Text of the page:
TaylorMade Daddy Long Legs: Editor Review

by   |   March 21, 2013
TaylorMade Daddy Long Legs putter
TaylorMade Daddy Long Legs: Editor Review GolfWRX Staff
Performance
Looks and feel

Summary: Yes, it's an oversized mallet, but it looks smaller than it is and has a very traditional feel.

4.5

Straight shooter


Pros: One of the most stable putters we’ve ever tested. The head is bigger than the original Spider, but the removal of the bar in the back of the putter head has a slimming effect, giving it a sleek look.

Cons: There’s only one neck style, a heel-shafted model. We’d like to see center-shafted and slant-neck models become available. The black paint around the insert also scratches off easily.

The Takeaway: Big putter heads and counter-balanced putters aren’t for everybody, but golfers who like them will love the Daddy Long Legs. They’re easy to aim, easy to stroke and have a surprisingly traditional feel.

Overview

TaylorMade’s Daddy Long Legs putters are the company’s highest MOI putter to date, tipping the movement-of-inertia scales at 8500, more than 2000 units higher than the company’s previous highest-MOI putter, the Ghost Spider S.

According to Brian Bazzel, TaylorMade’s product creation manager, a higher MOI creates a more consistent ball speed. This is because a putter with a high MOI will not twist as much on off-center hits, resulting in a ball roll that has close the same speed on off-center hits as it does on center strikes.

“MOI is even more important with a putter than it is in a driver,” Bazzel said. “With drivers, you have a lot of face flexibility, which adds forgiveness. But you don’t have that with a putter, which is why you need even more MOI.”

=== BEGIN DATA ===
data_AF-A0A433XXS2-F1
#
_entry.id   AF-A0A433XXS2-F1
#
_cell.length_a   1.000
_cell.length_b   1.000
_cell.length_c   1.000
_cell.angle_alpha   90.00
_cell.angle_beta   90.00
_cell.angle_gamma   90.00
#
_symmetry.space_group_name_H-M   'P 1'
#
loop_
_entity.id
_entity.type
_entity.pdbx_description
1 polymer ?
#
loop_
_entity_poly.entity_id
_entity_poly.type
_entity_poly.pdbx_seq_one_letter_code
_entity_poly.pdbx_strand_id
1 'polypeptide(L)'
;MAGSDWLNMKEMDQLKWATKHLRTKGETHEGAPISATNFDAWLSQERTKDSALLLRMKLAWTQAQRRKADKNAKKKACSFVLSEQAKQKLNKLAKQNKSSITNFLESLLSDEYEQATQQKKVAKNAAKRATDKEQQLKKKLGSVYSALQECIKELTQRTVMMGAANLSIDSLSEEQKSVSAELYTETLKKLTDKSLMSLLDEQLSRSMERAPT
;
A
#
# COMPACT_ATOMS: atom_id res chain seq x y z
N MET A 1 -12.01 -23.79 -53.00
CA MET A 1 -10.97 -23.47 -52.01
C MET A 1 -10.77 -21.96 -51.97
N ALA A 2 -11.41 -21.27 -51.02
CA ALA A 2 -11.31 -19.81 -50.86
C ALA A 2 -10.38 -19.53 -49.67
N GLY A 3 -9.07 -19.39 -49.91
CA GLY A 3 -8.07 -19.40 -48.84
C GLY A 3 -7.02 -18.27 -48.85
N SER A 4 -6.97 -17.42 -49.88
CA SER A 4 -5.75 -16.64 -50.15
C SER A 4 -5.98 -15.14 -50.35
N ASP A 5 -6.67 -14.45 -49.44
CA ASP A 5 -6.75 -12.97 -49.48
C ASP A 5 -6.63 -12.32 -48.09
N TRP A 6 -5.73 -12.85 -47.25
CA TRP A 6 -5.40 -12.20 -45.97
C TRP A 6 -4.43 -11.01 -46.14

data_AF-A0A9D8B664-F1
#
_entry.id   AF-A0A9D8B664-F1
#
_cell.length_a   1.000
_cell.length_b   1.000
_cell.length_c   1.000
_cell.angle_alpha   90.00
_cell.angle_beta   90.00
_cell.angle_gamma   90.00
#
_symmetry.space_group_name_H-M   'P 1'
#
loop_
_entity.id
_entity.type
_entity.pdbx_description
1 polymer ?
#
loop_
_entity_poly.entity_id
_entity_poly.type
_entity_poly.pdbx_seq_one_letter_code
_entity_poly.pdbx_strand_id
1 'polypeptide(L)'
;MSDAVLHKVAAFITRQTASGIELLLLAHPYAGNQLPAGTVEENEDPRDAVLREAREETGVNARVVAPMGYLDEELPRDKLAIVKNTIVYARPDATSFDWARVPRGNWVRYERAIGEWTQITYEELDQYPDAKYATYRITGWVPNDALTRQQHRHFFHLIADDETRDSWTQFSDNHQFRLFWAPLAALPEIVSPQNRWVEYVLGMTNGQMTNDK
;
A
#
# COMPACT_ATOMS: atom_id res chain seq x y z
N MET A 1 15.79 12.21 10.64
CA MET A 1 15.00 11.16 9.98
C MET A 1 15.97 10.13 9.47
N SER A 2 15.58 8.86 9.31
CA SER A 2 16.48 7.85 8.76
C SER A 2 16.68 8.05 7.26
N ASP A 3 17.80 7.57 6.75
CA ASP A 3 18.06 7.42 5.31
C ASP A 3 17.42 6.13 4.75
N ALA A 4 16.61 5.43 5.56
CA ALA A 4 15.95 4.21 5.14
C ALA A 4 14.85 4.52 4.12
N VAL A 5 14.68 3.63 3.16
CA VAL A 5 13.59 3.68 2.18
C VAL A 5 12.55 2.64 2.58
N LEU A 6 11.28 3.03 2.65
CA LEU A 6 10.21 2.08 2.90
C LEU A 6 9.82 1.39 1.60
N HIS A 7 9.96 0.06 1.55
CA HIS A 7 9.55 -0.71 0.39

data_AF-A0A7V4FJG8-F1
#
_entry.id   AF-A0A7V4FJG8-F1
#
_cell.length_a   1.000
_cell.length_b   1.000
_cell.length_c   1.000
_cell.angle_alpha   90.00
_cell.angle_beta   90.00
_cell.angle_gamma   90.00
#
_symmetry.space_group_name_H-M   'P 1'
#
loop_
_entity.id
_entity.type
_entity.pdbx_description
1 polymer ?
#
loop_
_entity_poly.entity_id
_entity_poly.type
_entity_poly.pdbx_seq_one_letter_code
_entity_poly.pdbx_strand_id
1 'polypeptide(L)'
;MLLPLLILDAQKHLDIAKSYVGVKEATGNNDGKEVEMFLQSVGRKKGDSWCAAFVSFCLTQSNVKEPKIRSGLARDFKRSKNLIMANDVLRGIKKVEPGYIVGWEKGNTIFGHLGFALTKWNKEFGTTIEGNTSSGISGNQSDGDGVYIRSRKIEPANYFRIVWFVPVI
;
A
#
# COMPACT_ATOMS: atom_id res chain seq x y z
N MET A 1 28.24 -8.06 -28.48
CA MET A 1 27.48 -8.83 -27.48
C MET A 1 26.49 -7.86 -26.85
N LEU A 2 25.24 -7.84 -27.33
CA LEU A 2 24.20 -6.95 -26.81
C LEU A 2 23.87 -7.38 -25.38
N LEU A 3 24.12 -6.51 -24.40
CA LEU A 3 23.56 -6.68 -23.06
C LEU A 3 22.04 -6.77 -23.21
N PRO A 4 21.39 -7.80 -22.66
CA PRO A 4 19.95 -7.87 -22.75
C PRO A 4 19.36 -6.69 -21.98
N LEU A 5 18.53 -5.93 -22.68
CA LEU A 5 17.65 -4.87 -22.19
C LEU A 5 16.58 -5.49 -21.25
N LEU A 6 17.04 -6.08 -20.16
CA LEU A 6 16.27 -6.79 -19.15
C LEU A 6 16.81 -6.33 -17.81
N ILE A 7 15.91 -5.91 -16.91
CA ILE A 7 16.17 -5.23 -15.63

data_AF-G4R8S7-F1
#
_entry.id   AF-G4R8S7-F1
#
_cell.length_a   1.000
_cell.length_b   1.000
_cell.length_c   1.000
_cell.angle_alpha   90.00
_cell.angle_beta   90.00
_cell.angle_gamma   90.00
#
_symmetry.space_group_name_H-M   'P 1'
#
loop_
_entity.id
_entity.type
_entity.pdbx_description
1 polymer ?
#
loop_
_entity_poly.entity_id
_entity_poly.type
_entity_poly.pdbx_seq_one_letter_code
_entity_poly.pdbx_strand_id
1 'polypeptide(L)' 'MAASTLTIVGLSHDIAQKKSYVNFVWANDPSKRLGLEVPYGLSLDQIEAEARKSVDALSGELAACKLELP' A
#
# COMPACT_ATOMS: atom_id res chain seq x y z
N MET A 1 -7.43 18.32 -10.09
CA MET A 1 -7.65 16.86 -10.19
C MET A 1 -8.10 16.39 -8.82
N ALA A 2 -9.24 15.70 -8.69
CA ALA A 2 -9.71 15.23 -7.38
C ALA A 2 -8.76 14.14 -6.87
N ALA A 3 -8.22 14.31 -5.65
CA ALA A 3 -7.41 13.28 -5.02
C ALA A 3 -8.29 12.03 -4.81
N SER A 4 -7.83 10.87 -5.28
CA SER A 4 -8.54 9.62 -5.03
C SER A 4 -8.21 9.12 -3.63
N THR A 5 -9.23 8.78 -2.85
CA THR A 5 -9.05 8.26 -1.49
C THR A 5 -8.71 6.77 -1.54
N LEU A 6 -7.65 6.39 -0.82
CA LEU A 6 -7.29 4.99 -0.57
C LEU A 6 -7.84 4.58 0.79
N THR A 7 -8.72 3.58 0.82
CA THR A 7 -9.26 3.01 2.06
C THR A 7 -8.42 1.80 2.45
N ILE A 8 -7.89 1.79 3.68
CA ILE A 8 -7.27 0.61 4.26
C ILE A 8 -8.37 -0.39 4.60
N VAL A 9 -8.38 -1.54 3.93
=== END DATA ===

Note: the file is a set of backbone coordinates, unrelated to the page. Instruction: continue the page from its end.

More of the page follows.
The Daddy Long Legs putters are also the first in TaylorMade’s Spider line to be designed with a counter balance — a heavier overall weight that further increases the MOI of a putter. They have a heavier head weight, 395 grams, and a longer-than-standard 15-inch grip that weighs 130 grams.

“The heavier grip moves the balance point closer to your hands,” Bazzel said. “This adds stability in your stroke . . . The beauty of it is that you can use your same stroke and comfort level of how you stand.”

To get the full effect of a counter-balanced putter, golfers need to find a length that is longer than what they’re used to. For example, golfers who normally use a 35-inch putter should try the 38-inch model, which will give them 3 inches of counter-balancing length above their hands. Golfers who use a 33- or 34-inch putter might like the shorter 35-inch model, which will also give them added counter balance.

The Daddy Long Legs putters will be available with stock lengths of 35 and 38 inches with TaylorMade’s Pure Roll surlyn insert. Other lengths are available on custom orders. Standard specs are 2.5 degrees of loft with a 70-degree lie angle and a removable 2.5 gram titanium weight. They will be available April 15 for $199.

Performance

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The most important part of a putting stroke is its consistency, and it’s hard to make inconsistent strokes with a Daddy Long Legs putter. Its large size and rearward weighting makes the putter want to go straight back and straight through, even when we were trying to do otherwise.

Screen Shot 2013-09-07 at 9.35.25 PM

A nice feature of the standard 15-inch grip is that it gives golfers who switch between different lengths the option to hold the putter a little longer or a little shorter depending on their preference that day, week, month, etc. This can only lead to increased confidence for those players.